Pre-fall From Carolina Herrera, Chanel, Donna Karan

By now you may have noticed sustained coverage of a seemingly new season in fashion called “pre-fall.”

Before we get too specific, let’s just gloss (it is what we do) over the larger fashion calendar and make sure everyone is up to speed.

The ‘fashion calender’ is divided into two major seasons: Spring/Summer occurs from roughly January to June, Fall/Winter from July to December, with Fashion Week occurring in February (when fall is shown) and September (spring). Fashion Week, of course, is a chance for retailers to scope designers’ collections and figure out what they’ll be buying for the next season. Traditionally, fall fashions show up in stores late summer (think in time for back-to-school shopping, etc.)

So, what’s all this about pre-fall?

Pre-fall, like the resort collections before it, is what you might call a seasonlet, a quickly-becoming-official addition to the fashion calendar. The presentations are smaller scale and more mainstream than their fall and spring counterparts, because they are largely motivated by commercial opportunity.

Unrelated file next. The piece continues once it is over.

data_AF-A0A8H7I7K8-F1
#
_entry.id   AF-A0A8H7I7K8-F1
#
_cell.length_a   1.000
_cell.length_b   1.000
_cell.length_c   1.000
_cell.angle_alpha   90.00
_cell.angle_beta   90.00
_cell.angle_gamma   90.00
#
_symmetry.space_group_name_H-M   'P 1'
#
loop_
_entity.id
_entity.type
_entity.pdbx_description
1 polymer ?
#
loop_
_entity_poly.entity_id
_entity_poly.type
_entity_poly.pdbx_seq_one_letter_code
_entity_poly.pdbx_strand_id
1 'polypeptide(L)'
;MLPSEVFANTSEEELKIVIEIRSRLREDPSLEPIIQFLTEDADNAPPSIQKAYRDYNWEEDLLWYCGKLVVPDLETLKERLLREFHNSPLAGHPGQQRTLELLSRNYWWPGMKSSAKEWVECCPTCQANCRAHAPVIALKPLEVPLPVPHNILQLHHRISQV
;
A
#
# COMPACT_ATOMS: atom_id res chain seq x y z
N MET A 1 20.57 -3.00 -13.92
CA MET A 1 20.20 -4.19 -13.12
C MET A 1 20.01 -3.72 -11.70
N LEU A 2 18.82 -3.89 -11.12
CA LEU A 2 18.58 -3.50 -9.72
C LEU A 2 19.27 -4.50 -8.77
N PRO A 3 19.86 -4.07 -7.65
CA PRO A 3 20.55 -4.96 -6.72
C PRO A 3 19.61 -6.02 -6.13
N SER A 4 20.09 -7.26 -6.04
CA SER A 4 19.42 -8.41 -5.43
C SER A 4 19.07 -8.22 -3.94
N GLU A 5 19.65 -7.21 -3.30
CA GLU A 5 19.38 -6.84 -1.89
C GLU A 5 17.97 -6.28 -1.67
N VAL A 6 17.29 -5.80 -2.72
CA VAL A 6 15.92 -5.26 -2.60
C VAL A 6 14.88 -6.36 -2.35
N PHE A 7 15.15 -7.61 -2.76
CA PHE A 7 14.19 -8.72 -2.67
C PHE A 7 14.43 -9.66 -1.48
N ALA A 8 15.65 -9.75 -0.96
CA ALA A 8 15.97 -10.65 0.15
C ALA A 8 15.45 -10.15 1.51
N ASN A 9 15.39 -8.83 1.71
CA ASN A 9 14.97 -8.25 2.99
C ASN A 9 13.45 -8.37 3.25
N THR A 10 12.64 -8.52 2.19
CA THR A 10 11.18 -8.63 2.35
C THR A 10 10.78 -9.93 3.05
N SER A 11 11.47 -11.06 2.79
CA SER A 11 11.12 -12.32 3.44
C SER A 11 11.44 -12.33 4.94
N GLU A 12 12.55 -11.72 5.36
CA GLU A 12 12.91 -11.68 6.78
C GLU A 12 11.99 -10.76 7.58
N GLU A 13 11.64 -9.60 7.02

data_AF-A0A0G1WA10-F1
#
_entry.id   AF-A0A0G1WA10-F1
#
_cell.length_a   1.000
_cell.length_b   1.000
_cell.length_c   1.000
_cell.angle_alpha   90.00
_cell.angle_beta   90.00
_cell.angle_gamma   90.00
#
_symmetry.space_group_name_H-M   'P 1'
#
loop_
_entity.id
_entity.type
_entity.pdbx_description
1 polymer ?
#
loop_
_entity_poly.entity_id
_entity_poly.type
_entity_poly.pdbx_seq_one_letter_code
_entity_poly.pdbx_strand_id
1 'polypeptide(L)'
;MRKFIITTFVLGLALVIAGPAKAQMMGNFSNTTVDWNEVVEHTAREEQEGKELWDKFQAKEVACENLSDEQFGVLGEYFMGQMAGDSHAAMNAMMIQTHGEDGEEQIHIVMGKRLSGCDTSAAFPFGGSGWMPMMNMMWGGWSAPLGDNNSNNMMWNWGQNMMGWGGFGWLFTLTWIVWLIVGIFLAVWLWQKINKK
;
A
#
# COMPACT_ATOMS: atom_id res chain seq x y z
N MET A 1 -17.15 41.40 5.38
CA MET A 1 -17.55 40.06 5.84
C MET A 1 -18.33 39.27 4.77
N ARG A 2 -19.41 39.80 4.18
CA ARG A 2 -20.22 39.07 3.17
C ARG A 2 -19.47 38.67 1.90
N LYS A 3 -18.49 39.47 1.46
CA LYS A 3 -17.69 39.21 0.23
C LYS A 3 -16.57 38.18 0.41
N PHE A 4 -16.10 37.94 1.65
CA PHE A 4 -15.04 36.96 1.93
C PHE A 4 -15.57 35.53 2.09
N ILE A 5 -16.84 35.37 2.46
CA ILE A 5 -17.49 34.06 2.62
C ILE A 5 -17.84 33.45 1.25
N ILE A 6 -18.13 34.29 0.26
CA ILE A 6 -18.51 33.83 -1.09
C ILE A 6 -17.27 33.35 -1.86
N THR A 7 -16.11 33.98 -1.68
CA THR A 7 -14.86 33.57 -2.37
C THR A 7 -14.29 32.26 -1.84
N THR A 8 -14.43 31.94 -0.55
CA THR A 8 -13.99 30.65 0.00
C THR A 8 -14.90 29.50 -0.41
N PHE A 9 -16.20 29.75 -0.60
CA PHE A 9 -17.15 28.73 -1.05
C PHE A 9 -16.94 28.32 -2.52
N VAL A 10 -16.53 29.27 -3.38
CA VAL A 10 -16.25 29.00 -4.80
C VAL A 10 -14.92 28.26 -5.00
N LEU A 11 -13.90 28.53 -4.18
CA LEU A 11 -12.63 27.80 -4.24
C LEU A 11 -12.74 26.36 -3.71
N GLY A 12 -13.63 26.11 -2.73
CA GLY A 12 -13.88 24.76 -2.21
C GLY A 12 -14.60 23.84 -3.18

In other words, pre-fall is a chance to make some extra scratch in a time when Spring has faded but the (larger, more significant) fall clothes are still in the manufacturing process. The demand is there because the season changeover can be trying (for retail, especially) with spring items having gone on permanent sale while fall items haven’t yet been delivered. Resort, on the other hand, has traditionally been the dominion of rich people who need monokinis in the middle of winter because they’ll be jetting off to Fiji to escape the chill.

But these baby seasons aren’t just a confluence of consumer/retail need. They are of particular interest to the fashion press because they offer a little distillation of insight into what designers are thinking about for their encroaching major collections.

These seasonlets are by no means new, but it would seem that “pre-fall” has only recently made its way into the larger fashion lexicon, with the press eagerly following these miniature glimpses of what’s to come in fall and spring.

(Runway images via New York Magazine)